Putin visits Crimea to mark 2 years since annexation
President Vladimir Putin heads to Crimea on Friday as Russia marks two years since annexing the peninsula from Ukraine in a move that dramatically impacted its ties with the West.
The Kremlin strongman is to check up on the progress of a $3-billion (2.66-billion-euro) bridge project connecting Russia to Crimea, a key link that Moscow hopes will further bind it to the isolated region.
He is also expected to hold talks with Crimea’s leadership over the economic development of a region that has been largely cut off by international sanctions and Moscow’s ferocious feud with Kiev.
Meanwhile, state-sponsored concerts and public festivities are taking place across Russia to commemorate the March 2014 takeover that Moscow insists followed a referendum in which Crimea residents voted overwhelmingly to swap countries.
The takeover boosted Putin’s popularity with state media going into overdrive over a move to reclaim a region many see as Moscow’s rightful property.
A survey published last month by the independent Levada Centre showed 83 percent of Russians support Moscow’s takeover of Crimea, which was transferred to Ukraine by Soviet leader Nikita Khrushchev in 1954.
Ahead of the annexation, Putin sent in thousands of special forces to take control of army bases and government institutions across Crimea after the ouster of a pro-Russia leader by protesters in Kiev.
Ukraine and the West insist the takeover — which has not been recognised internationally — was an illegal landgrab and that the vote to join Russia was a Kremlin-organised farce.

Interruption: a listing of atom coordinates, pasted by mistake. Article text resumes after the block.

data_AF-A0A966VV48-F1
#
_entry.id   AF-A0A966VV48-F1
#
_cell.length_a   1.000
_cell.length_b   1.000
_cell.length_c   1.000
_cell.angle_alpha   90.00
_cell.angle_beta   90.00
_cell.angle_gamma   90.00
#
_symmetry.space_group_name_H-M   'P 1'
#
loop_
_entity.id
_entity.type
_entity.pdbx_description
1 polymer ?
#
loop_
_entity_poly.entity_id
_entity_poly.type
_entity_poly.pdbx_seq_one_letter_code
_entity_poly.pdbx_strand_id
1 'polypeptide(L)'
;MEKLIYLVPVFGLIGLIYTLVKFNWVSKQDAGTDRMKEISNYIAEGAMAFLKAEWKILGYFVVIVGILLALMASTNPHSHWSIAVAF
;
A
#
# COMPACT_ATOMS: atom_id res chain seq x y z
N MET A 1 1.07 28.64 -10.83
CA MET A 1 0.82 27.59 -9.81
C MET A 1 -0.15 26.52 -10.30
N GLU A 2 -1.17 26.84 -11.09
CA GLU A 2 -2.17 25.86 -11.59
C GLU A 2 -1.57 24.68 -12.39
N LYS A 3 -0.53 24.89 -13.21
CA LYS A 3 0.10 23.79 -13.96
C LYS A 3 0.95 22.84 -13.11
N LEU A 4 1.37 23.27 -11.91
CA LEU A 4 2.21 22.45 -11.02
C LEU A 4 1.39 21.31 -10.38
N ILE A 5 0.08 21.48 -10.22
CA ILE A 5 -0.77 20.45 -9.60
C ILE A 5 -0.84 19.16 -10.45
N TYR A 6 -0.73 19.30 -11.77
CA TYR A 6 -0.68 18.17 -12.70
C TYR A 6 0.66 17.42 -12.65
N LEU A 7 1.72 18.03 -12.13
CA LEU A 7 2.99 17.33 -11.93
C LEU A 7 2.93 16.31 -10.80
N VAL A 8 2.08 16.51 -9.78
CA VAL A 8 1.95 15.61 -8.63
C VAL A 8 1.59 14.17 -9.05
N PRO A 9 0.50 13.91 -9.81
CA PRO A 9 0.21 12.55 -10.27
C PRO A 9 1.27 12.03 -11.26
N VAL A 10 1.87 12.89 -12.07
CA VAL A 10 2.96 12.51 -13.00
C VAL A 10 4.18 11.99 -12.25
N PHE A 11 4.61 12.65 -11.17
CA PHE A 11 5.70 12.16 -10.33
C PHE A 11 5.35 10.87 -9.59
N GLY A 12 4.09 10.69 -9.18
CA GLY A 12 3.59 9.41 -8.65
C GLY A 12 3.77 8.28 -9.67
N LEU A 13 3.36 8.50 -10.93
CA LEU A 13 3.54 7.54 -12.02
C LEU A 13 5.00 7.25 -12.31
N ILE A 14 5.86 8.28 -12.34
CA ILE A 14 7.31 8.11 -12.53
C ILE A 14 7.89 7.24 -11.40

The annexation pushed relations with the West to a new post-Cold War nadir, with Washington and the European Union slapping sanctions on Moscow.
Since then, rights groups say those who opposed the annexation have faced a crackdown.
Human Rights Watch on Friday accused the authorities of creating “a pervasive climate of fear and repression in Crimea” in the two years since annexation.
The group deplored abuses perpetrated against the Crimea Tatar community, a minority Muslim group that has opposed the Russian annexation, as well as a crackdown on pro-Ukraine activists and journalists.
The West continues to condemn the annexation, vowing to keep sanctions in place as long as Crimea remains under Russian control.
The US State Department on Wednesday called on Russia to “end that occupation and return Crimea to Ukraine” — a prospect Russian authorities have repeatedly rejected.